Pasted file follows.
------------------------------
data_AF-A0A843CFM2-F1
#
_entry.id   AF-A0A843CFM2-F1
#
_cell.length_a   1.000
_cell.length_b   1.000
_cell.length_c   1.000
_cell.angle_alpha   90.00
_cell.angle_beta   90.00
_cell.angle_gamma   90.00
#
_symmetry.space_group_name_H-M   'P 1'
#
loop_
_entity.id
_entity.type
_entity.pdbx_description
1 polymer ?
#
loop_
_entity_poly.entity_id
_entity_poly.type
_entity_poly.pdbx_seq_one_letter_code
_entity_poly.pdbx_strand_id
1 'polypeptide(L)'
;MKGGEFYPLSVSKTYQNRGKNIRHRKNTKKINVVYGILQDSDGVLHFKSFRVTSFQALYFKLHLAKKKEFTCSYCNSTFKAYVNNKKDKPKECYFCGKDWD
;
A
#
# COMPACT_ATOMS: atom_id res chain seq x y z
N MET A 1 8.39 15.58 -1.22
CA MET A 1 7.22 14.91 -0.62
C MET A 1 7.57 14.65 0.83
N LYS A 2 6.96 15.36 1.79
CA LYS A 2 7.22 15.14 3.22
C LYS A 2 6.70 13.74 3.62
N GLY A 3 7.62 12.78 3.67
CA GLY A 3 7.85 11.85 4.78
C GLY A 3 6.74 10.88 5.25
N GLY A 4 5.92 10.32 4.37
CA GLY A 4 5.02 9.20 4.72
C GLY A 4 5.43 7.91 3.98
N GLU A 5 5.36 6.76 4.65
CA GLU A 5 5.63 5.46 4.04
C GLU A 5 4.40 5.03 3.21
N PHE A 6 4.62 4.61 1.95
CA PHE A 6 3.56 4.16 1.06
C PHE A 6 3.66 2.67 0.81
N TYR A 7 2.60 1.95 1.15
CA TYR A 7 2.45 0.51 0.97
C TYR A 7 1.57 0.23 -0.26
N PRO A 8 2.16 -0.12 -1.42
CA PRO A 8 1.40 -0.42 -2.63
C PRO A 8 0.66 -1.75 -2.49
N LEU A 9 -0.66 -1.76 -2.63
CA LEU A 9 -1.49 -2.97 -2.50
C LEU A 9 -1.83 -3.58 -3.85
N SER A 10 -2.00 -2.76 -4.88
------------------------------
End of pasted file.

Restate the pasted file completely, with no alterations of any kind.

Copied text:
data_AF-A0A843CFM2-F1
#
_entry.id   AF-A0A843CFM2-F1
#
_cell.length_a   1.000
_cell.length_b   1.000
_cell.length_c   1.000
_cell.angle_alpha   90.00
_cell.angle_beta   90.00
_cell.angle_gamma   90.00
#
_symmetry.space_group_name_H-M   'P 1'
#
loop_
_entity.id
_entity.type
_entity.pdbx_description
1 polymer ?
#
loop_
_entity_poly.entity_id
_entity_poly.type
_entity_poly.pdbx_seq_one_letter_code
_entity_poly.pdbx_strand_id
1 'polypeptide(L)'
;MKGGEFYPLSVSKTYQNRGKNIRHRKNTKKINVVYGILQDSDGVLHFKSFRVTSFQALYFKLHLAKKKEFTCSYCNSTFKAYVNNKKDKPKECYFCGKDWD
;
A
#
# COMPACT_ATOMS: atom_id res chain seq x y z
N MET A 1 8.39 15.58 -1.22
CA MET A 1 7.22 14.91 -0.62
C MET A 1 7.57 14.65 0.83
N LYS A 2 6.96 15.36 1.79
CA LYS A 2 7.22 15.14 3.22
C LYS A 2 6.70 13.74 3.62
N GLY A 3 7.62 12.78 3.67
CA GLY A 3 7.85 11.85 4.78
C GLY A 3 6.74 10.88 5.25
N GLY A 4 5.92 10.32 4.37
CA GLY A 4 5.02 9.20 4.72
C GLY A 4 5.43 7.91 3.98
N GLU A 5 5.36 6.76 4.65
CA GLU A 5 5.63 5.46 4.04
C GLU A 5 4.40 5.03 3.21
N PHE A 6 4.62 4.61 1.95
CA PHE A 6 3.56 4.16 1.06
C PHE A 6 3.66 2.67 0.81
N TYR A 7 2.60 1.95 1.15
CA TYR A 7 2.45 0.51 0.97
C TYR A 7 1.57 0.23 -0.26
N PRO A 8 2.16 -0.12 -1.42
CA PRO A 8 1.40 -0.42 -2.63
C PRO A 8 0.66 -1.75 -2.49
N LEU A 9 -0.66 -1.76 -2.63
CA LEU A 9 -1.49 -2.97 -2.50
C LEU A 9 -1.83 -3.58 -3.85
N SER A 10 -2.00 -2.76 -4.88